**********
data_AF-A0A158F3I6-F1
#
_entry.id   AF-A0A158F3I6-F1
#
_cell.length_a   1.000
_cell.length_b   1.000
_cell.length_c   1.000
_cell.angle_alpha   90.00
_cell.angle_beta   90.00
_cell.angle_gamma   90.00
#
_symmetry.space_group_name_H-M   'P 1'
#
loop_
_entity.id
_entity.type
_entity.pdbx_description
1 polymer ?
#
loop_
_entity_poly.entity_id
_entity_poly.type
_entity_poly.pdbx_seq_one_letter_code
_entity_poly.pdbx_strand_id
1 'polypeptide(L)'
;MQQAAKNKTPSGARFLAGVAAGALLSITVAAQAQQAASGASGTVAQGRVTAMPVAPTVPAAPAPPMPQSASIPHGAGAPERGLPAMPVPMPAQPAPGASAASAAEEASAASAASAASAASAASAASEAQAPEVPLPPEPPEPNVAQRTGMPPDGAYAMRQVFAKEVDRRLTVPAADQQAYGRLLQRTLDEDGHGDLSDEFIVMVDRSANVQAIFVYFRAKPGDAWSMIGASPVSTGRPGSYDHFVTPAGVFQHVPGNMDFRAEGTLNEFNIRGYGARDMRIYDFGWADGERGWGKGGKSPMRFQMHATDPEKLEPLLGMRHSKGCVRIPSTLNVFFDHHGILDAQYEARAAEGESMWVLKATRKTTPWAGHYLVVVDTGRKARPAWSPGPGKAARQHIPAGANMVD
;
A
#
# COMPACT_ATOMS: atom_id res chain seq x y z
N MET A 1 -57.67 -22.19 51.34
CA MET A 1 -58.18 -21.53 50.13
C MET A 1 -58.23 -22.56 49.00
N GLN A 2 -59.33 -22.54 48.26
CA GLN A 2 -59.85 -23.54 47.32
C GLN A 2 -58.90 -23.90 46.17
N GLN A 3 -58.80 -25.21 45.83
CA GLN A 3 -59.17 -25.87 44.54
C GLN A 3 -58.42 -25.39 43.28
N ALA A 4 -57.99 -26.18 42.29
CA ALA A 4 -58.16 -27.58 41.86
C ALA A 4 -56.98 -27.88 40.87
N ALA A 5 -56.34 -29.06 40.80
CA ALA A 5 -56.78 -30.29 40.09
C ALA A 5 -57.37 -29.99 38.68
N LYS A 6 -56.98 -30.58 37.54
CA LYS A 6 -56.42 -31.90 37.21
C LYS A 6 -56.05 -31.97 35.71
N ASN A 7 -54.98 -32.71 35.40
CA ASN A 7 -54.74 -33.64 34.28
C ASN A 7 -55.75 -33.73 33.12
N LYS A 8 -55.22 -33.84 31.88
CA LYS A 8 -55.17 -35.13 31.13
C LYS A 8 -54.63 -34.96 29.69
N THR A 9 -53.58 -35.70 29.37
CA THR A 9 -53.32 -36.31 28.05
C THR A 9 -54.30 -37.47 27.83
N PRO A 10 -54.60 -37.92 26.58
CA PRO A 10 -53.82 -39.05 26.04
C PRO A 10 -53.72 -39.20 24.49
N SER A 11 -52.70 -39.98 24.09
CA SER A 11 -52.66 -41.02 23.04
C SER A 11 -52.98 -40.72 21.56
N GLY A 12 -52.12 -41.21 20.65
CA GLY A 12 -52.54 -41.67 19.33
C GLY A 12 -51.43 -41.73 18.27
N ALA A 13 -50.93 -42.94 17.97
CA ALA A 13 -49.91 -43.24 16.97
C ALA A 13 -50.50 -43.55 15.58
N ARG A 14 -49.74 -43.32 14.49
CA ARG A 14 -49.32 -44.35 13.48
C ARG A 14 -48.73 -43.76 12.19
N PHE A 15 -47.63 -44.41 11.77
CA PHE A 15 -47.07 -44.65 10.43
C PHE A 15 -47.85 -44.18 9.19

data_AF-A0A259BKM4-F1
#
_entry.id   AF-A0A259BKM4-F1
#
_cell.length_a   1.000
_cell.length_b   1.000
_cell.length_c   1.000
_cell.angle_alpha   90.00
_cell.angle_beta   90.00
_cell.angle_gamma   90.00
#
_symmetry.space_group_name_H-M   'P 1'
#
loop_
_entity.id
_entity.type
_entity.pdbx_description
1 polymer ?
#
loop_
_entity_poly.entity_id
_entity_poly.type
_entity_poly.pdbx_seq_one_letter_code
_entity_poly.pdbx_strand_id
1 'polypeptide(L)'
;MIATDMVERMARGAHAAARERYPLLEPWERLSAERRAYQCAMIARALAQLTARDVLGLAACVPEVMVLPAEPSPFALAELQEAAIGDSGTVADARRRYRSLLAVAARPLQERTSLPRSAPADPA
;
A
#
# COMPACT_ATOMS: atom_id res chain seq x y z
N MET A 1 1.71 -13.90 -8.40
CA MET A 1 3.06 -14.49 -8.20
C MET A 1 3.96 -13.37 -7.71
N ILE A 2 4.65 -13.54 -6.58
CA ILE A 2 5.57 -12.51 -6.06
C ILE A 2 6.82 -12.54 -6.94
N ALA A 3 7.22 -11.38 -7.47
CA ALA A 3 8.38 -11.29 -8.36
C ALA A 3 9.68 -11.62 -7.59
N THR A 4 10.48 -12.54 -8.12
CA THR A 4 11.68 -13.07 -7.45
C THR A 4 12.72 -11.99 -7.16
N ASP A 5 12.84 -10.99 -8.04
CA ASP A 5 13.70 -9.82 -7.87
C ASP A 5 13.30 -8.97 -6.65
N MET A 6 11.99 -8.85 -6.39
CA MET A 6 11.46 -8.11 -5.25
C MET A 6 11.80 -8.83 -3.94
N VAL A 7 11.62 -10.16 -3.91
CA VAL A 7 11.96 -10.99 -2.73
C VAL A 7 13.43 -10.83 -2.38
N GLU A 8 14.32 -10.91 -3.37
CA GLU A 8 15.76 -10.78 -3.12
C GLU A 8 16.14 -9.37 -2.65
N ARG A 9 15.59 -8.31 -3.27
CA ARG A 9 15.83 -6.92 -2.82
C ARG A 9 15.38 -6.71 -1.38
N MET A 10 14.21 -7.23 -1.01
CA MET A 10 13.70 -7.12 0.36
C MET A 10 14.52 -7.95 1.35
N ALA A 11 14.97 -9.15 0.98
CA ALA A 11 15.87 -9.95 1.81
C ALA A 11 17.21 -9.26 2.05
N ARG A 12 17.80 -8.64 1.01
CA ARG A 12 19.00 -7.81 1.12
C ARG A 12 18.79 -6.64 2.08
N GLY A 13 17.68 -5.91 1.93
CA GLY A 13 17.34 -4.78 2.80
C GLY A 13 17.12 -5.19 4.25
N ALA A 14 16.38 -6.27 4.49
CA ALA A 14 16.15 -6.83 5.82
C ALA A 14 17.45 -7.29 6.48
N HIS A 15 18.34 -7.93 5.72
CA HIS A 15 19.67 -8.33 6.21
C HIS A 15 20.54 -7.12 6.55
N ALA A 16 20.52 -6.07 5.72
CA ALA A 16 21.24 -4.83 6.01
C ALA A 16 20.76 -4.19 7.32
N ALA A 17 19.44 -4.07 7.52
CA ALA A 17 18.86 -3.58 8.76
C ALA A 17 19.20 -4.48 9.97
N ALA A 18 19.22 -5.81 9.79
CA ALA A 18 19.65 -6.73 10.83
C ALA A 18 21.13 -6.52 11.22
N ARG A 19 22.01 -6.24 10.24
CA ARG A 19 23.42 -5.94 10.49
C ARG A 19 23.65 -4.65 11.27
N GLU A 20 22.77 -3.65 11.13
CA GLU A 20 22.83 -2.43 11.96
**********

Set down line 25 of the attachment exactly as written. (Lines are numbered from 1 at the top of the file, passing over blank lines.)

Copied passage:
1 'polypeptide(L)'